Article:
No God Is No Problem For Local Congressman
March 30, 2007 5:03 PM
What does Pete Stark, a 34-year veteran of the House of Representatives, have in common with Sigmeund Freud, Isaac Asimov and Ronald Reagan, Jr.?
A publicly held belief in atheism, as shown in a statement given by his office, in which he said, “I am a Unitarian who does not believe in a supreme being. Like our nation’s founders, I strongly support the separation of church and state.”
And by joining such a group of so-called nonbelievers, Stark has gone where no member of Congress has gone before: publicly admitting a lack of belief in a god. He is the highest ranking elected official ever to announce his atheistic belief in what many call a “Christian nation.” Stark’s unprecedented political step could be considered evolution in the separation of church and state in the country.
“It’s a sign of the times, good for him,” said Christina Hilfiker, a 27-year-old SF State senior. “Hopefully, they won’t focus on him being an atheist, but focus more on his policies. That’s what they should be focusing on.”
Stark is an 18-term Democrat that represents California’s 13th District, which envelopes a large portion of the East Bay, and he is now among a group of individuals whose beliefs are socially taboo in America.
“He’s from a safe district… we’re not talking about a born-again Christian from the South,” said David Tabb, political science professor at SF State. “I think we have an over-inflated view of the level of religiosity among voters.”
Tabb, who has taught at SF State for 35 years, called Stark a “maverick” and compared him to the late Senator Paul Wellstone from Minnesota. He said that Wellstone was “consistently more liberal than his constituency, but people trusted him as being a trustworthy politician… and I think that’s probably the case for Stark.”
A 2006 Newsweek poll found that only 37 percent of Americans would willingly vote for a presidential candidate who doesn’t believe in a higher being. This statistic fell from 49 percent in a 1999 Gallup poll, which at the time revealed that American voters would rather elect a president who is openly homosexual than one who lacks a theistic belief.
And while the House of Representatives currently has three openly homosexual members, Barney Frank, Tammy Faye and Jim Kolbe, Stark is the only figure in Congress to admit his lack of belief in a god.
“For liberals and many Democrats, it would be not particularly interesting or surprising, and politically of no great significance,” said Gerard Heather, political science professor and former chair at SF State.
“The issue as a politician is what is in the best interest of the public. This would put him at a distinct disadvantage in the South, for example, and in certain midwestern states, but not so much on either coast. I think it’s an anomaly.”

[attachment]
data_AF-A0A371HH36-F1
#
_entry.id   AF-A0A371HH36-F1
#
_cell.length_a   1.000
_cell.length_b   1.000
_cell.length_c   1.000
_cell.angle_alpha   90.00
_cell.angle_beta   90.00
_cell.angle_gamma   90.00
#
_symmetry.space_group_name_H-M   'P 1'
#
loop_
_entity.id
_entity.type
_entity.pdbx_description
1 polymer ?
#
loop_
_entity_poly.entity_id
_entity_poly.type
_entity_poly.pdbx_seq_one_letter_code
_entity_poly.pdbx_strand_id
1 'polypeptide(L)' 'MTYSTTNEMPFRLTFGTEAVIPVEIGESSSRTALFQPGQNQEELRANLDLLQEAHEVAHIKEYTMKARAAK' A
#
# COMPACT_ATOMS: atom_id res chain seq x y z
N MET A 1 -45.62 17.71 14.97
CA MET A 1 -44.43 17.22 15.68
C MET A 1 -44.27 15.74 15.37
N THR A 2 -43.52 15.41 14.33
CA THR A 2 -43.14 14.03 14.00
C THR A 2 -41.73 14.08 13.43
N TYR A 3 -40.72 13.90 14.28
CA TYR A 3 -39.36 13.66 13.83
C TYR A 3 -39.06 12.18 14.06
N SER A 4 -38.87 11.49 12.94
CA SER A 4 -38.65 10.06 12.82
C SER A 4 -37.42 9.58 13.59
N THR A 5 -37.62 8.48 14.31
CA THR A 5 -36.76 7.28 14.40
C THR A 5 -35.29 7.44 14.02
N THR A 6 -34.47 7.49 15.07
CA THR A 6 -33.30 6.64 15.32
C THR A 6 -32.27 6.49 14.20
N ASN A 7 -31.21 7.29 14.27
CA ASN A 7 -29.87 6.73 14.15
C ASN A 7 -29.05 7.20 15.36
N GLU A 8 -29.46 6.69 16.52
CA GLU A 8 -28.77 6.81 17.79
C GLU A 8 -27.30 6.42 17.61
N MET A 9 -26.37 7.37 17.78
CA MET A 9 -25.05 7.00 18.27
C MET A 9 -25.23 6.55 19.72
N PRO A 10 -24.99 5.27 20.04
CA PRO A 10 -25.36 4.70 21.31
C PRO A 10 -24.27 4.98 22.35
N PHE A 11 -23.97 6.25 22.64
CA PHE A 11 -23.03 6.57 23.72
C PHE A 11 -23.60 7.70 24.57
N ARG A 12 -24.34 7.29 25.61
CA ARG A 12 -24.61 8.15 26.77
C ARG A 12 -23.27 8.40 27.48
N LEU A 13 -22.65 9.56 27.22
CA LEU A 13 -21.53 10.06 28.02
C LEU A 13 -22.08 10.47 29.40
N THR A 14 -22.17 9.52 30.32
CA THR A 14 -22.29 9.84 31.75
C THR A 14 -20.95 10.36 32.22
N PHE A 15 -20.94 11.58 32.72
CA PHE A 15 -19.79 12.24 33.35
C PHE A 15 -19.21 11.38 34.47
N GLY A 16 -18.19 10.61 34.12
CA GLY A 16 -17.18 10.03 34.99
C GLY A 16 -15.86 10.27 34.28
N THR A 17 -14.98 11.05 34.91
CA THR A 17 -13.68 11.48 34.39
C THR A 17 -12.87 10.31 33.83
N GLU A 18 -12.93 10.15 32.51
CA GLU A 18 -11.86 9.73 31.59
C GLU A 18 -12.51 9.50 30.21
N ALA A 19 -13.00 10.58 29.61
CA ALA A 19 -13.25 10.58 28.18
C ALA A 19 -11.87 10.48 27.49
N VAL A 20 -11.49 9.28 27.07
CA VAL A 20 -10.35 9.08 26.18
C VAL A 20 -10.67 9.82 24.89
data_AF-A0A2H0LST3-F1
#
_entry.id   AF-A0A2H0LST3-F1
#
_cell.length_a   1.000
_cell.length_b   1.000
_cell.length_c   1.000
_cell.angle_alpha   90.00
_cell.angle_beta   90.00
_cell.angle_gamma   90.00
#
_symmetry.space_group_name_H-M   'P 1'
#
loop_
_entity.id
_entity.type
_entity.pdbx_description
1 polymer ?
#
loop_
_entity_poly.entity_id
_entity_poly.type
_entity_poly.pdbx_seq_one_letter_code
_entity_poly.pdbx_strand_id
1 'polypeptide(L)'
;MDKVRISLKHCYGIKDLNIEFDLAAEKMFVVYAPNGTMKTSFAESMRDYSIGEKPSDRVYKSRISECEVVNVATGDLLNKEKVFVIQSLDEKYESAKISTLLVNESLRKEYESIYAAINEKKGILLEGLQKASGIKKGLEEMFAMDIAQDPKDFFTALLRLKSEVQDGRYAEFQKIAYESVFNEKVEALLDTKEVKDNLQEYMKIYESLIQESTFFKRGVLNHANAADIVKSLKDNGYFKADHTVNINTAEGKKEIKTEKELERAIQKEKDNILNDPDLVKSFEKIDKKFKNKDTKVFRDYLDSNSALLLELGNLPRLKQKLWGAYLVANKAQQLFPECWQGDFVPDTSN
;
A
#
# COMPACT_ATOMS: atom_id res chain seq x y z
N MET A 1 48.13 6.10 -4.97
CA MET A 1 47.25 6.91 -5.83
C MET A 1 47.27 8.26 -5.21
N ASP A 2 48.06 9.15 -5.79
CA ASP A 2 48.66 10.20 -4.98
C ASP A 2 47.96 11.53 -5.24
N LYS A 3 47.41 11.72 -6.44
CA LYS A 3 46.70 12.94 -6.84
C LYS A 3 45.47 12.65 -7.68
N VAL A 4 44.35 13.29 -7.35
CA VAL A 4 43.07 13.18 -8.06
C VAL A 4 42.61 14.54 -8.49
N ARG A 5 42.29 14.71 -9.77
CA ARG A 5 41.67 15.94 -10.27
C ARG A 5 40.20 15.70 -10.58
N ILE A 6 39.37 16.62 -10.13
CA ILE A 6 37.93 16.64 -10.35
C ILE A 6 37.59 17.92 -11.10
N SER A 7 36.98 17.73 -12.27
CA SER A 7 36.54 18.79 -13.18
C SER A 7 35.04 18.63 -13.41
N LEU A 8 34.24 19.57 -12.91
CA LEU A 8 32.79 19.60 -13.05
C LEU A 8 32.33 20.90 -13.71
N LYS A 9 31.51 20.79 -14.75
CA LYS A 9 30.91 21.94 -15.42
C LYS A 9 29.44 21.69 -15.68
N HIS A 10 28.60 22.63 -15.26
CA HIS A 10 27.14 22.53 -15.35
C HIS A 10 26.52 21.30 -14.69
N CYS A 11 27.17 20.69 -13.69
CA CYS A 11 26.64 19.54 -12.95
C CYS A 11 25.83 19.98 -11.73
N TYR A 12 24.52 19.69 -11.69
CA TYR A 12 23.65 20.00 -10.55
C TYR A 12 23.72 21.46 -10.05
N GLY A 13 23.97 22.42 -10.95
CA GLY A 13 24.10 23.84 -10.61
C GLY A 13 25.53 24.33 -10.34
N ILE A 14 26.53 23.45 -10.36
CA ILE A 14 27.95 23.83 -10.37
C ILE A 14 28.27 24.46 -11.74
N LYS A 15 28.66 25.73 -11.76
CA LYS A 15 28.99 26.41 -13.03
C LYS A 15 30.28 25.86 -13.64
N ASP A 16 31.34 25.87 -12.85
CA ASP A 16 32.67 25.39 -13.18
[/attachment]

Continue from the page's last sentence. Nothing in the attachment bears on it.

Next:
Stark, who does not face a reelection campaign until 2009, has been relatively well received in his announcement, according to his office. Much praise for his pioneering act has come from constituents and advocates alike, who are hoping that his announcement will pave a more tolerant path for nontheists in America.
“I hope that it helps people to rethink their prejudices about voting for someone who doesn’t share their religious belief,” said Lori Lipman Brown, director of the Secular Coalition for America, a nontheist advocacy organization. “I think there’s a tremendous misconception about those who don’t hold a god-belief.”
Brown analyzed Stark’s announcement by the numbers, saying that one out of 535 Congressional members does not represent what she estimated to be about 10 percent of Americans who hold a nontheistic belief.
“Being an atheist is what being a Catholic was when John F. Kennedy was first starting out in politics,” said Megan Caluza, a special education graduate student. “Basically you just have to prove that that’s not going to color everything that you’re doing in regard to your constituents.”
Brown also cited a University of Minnesota study that concluded that individuals that do not believe in a god are the “most distrusted minority,” and noted that religion in politics is affecting civil laws, marriage contracts and leading to abuses of faith-based initiatives.
“If [religion] became irrelevant in voting, that would be great,” said Brown.
While some underscore the importance of Stark’s belief at different levels than others, it is clear that Stark’s action is not one without recognition and effect.
“A politician has to use his conscience, and if his conscience tells him to go to religion, then he should. On the other hand, a politician has to live in the real world, as long as he has the best interests of the people he represents in mind,” said Jacob Needleman, who has been a professor of philosophy at SF State for 45 years. “I’m sure it affects people’s opinion of him, when someone says he’s one thing or another. To come out and say he’s an atheist is going to have an effect.”
Brown elevated the issue of qualifications and goals of a politician above implications that a candidate’s personal religious beliefs might have.
“My question of any candidate isn’t ‘what do you believe in?’ It’s ‘how will you represent me?’”
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